08 September 2005 | Rebecca Ellinor
Purchasers who want to make it to the top must demonstrate both management and business skills, a survey has revealed.
The latest quarterly salary survey from recruitment consultancy Purcon says purchasing skills alone are no longer enough, and that companies require people who "talk a broader business language".
Jerry Smith, Purcon director, said this is particularly important in the most senior positions.
"Traditional skills, such as negotiation, outsourcing and cost control, are necessary but not sufficient to be truly world class.
"A director needs to understand finance, even if they aren't an expert. It is also likely they will require organisational and people management skills," he said.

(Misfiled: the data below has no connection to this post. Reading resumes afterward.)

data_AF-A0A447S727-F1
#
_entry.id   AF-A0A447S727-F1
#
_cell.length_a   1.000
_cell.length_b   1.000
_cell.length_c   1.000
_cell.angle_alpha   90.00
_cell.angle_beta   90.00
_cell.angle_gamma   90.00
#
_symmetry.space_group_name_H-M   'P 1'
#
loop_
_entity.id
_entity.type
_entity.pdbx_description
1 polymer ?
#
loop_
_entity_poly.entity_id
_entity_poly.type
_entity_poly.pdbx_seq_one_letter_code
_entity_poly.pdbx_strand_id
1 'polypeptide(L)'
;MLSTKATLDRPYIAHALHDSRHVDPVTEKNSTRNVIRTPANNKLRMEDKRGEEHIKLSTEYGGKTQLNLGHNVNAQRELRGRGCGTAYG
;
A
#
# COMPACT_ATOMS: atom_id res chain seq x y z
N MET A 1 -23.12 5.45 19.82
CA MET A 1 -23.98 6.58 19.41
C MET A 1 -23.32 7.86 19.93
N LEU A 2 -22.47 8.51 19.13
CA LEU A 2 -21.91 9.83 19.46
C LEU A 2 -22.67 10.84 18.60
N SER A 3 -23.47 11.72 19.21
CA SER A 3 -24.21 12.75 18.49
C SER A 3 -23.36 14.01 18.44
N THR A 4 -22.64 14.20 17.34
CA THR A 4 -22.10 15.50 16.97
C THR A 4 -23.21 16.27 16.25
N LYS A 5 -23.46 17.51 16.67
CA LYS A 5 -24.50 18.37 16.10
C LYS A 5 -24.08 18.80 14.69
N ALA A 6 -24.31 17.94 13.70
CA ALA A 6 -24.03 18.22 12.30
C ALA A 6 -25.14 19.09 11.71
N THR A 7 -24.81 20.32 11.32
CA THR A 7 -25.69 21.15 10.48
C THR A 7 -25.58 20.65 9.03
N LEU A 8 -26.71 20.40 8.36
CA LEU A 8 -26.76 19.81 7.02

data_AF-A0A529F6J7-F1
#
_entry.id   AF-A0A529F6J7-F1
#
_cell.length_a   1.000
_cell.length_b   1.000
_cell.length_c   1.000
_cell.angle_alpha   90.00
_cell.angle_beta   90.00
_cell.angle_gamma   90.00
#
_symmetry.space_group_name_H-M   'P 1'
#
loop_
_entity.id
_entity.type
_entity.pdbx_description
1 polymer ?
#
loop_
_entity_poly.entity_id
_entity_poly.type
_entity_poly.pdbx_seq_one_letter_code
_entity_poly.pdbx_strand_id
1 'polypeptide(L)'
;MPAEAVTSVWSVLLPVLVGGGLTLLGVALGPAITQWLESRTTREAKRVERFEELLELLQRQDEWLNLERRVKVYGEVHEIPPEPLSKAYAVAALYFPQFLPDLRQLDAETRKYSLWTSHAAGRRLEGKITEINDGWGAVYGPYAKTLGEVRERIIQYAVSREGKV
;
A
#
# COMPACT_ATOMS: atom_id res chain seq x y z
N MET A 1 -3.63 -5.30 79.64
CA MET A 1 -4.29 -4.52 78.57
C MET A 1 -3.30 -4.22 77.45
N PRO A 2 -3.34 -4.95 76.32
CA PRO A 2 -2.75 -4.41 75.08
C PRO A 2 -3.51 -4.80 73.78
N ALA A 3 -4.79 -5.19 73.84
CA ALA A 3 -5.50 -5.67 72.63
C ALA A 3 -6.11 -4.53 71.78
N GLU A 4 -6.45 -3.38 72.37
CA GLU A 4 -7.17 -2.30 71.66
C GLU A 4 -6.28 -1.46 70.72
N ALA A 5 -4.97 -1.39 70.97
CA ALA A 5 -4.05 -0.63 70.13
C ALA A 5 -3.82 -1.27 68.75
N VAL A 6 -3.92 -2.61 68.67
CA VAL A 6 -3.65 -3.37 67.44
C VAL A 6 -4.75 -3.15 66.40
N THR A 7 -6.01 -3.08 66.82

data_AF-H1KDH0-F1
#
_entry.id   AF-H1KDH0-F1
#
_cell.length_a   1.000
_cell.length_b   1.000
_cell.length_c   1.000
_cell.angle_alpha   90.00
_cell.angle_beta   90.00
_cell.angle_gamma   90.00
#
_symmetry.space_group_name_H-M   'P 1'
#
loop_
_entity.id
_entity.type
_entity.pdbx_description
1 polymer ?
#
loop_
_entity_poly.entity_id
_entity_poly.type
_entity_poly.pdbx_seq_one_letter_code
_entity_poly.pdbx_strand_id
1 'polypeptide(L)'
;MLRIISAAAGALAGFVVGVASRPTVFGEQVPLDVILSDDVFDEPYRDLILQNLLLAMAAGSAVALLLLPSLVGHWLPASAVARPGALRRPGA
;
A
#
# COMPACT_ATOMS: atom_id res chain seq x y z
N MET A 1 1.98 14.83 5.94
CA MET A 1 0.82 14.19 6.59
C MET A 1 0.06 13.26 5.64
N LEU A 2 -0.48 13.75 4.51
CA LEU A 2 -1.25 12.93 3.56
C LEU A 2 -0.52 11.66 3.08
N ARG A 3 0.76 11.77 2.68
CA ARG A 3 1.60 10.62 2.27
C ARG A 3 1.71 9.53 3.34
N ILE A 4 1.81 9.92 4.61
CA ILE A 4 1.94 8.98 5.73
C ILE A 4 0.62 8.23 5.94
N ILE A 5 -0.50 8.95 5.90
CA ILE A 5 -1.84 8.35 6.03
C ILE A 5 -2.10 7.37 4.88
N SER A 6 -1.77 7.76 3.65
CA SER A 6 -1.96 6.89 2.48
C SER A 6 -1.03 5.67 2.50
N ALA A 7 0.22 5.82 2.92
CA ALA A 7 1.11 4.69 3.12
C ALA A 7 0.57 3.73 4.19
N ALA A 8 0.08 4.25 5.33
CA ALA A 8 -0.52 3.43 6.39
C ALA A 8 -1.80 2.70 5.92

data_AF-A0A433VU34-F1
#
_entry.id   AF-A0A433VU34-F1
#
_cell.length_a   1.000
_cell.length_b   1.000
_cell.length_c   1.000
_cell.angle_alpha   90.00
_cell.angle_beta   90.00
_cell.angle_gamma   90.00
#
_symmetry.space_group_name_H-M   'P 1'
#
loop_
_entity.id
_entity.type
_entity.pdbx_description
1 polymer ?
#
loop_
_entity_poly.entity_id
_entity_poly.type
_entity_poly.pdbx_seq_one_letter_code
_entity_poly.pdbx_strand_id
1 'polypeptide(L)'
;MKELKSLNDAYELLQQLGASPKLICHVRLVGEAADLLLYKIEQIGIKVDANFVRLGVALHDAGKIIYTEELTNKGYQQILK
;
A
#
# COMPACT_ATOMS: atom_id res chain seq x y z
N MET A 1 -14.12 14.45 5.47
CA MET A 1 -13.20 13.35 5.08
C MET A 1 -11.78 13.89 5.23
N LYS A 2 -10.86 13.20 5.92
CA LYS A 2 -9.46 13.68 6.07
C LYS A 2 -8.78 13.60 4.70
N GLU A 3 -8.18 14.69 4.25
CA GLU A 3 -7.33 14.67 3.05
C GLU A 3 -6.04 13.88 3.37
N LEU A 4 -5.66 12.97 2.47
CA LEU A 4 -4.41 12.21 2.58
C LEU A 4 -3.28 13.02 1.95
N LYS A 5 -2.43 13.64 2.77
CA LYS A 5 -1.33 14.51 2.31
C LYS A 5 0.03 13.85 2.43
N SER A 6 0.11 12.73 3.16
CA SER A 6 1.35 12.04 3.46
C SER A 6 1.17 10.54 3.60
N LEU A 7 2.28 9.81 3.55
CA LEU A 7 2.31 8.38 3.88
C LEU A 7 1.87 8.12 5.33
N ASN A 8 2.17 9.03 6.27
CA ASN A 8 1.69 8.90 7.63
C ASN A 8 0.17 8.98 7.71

He added they also have to communicate purchasing's role.
"Not everyone on the board is switched on to purchasing, so they need to express themselves in a way that other senior managers and shareholders understand," he added.
He said staff with these skills command the higher salaries.
The report, which has a sample size of 1,800, said the average salary for purchasing managers had risen 1.4 per cent on the last quarter to £61,375, which represents "continued strong demand for highly skilled expertise".
The report shows purchasing directors aged 36 to 40 are commanding the most for their category and are most likely to progress to global director roles.
The CIPS and Croner Reward annual survey showed purchasers at senior and middle management levels now receive more than colleagues in comparable functions (see News, 26 May